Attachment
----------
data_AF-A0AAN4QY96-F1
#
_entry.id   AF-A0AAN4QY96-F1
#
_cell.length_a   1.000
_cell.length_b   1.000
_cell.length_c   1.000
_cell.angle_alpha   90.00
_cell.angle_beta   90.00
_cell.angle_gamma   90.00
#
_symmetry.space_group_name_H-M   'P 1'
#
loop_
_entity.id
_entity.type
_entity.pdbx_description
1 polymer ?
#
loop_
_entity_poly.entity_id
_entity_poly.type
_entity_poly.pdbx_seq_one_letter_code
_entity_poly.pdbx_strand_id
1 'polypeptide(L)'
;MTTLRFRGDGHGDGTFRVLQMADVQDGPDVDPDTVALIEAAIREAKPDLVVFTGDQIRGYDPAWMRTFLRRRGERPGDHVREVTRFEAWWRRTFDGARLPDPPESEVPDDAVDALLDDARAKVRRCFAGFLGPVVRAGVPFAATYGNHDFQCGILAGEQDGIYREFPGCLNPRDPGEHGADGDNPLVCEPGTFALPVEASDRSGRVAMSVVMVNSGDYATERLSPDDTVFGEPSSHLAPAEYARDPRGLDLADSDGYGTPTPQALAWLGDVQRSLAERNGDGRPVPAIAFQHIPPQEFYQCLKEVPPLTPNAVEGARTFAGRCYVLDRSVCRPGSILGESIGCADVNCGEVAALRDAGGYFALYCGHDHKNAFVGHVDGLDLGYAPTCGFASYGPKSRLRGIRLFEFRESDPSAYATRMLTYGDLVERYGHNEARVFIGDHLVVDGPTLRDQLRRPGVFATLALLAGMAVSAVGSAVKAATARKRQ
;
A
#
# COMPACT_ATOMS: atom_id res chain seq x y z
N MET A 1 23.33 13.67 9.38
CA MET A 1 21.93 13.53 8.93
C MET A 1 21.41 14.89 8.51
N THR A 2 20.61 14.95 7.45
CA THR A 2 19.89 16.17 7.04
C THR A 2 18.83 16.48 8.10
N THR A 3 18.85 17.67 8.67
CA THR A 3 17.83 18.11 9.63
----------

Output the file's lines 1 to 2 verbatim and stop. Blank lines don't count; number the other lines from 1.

data_AF-A0AAN4QY96-F1
#